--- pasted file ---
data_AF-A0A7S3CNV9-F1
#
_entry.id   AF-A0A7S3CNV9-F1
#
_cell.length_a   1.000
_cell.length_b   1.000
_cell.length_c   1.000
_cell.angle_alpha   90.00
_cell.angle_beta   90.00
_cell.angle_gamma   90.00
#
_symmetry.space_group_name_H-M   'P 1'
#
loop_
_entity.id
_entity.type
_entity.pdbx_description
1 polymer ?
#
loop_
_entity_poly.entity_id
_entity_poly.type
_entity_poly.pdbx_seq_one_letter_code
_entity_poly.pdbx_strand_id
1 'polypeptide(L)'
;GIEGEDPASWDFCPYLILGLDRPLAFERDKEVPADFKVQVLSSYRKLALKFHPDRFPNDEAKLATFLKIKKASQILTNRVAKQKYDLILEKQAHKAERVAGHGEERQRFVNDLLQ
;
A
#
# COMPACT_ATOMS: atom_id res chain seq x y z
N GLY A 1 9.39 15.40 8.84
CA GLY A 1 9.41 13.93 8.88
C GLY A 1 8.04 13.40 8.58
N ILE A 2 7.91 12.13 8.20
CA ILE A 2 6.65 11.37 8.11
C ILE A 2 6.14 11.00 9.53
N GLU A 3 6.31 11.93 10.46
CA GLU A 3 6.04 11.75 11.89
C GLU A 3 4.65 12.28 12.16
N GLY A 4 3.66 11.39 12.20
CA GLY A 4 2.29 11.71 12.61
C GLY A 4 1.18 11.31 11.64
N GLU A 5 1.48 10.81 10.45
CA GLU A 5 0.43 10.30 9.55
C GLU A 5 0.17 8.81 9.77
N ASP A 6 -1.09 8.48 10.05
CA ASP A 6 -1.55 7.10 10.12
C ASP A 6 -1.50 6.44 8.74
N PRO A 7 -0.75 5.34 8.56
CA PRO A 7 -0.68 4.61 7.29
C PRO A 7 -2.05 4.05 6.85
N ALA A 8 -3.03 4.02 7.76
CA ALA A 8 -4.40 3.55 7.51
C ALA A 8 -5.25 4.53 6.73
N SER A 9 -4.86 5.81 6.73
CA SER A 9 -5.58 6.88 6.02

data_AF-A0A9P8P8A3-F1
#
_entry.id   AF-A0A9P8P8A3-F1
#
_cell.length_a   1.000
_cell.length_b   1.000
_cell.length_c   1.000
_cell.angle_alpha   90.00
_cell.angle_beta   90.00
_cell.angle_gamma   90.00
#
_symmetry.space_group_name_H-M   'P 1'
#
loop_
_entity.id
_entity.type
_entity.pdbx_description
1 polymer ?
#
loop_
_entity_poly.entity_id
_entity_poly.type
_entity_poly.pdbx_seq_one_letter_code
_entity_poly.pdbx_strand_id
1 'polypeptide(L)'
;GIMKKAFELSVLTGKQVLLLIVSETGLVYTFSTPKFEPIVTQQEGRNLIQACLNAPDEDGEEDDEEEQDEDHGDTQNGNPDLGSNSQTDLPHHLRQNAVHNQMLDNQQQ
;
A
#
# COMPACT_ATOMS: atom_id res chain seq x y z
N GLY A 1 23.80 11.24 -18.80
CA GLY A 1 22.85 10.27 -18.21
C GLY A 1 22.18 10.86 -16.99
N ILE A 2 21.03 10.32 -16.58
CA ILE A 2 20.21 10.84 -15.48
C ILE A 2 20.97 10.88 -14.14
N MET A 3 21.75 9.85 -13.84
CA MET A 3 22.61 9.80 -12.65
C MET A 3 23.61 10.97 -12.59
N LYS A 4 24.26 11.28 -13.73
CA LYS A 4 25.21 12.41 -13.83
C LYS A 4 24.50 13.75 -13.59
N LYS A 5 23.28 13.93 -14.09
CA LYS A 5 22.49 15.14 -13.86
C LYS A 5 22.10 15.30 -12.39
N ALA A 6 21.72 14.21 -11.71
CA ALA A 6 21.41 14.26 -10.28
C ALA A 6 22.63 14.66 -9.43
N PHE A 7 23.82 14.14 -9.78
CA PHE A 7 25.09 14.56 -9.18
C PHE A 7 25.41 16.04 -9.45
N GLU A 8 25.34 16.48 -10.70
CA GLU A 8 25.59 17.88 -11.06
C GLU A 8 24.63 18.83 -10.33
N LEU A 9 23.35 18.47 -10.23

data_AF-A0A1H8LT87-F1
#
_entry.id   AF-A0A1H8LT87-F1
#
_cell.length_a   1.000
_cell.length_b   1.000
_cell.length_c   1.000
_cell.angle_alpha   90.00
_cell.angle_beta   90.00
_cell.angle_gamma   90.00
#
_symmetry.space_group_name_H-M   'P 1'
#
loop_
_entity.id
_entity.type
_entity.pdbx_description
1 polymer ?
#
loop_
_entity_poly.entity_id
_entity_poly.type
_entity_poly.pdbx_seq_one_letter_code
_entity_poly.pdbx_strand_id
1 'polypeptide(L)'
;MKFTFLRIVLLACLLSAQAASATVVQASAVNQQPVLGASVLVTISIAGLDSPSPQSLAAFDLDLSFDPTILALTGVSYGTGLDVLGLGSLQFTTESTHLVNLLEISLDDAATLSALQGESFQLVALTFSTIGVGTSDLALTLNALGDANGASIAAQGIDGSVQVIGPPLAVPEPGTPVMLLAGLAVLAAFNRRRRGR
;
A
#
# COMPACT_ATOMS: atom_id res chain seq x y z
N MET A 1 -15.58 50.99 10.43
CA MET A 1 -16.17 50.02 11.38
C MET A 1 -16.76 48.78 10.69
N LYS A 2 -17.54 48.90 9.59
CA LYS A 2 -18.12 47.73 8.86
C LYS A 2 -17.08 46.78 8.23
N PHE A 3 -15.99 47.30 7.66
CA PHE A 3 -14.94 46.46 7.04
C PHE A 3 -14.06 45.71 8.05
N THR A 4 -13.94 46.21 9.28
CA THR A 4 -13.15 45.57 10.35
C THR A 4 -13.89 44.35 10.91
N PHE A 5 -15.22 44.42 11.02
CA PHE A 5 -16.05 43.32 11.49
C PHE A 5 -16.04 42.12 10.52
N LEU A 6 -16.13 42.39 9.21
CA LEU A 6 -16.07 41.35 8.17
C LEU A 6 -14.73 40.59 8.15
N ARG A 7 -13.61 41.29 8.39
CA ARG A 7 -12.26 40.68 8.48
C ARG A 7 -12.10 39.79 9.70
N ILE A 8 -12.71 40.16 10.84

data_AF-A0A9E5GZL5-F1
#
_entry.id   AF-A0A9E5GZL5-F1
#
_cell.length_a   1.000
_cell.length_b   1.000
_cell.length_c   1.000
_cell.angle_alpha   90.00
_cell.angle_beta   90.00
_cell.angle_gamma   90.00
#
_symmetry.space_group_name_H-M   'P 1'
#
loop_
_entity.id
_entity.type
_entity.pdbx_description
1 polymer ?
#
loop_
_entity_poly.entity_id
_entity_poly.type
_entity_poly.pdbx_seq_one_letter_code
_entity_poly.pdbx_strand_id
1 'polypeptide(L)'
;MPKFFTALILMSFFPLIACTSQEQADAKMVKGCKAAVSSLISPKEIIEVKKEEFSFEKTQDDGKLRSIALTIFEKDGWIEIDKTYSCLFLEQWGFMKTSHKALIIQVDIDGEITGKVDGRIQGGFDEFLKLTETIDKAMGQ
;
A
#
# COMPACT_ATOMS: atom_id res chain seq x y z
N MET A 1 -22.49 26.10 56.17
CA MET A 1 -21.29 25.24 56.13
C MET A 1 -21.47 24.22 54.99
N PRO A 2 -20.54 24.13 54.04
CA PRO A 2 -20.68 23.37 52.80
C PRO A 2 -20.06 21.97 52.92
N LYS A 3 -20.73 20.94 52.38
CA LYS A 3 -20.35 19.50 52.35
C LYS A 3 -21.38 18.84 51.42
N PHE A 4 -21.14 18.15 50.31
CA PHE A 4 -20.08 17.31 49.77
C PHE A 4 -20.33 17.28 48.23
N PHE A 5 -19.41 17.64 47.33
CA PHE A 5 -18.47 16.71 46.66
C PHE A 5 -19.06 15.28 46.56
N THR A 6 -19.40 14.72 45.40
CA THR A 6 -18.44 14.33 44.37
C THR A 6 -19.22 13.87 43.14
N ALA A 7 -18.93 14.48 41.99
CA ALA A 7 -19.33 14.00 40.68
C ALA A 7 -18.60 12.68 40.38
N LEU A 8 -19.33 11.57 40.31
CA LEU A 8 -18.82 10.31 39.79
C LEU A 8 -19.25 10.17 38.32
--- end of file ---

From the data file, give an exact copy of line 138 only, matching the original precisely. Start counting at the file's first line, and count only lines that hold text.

;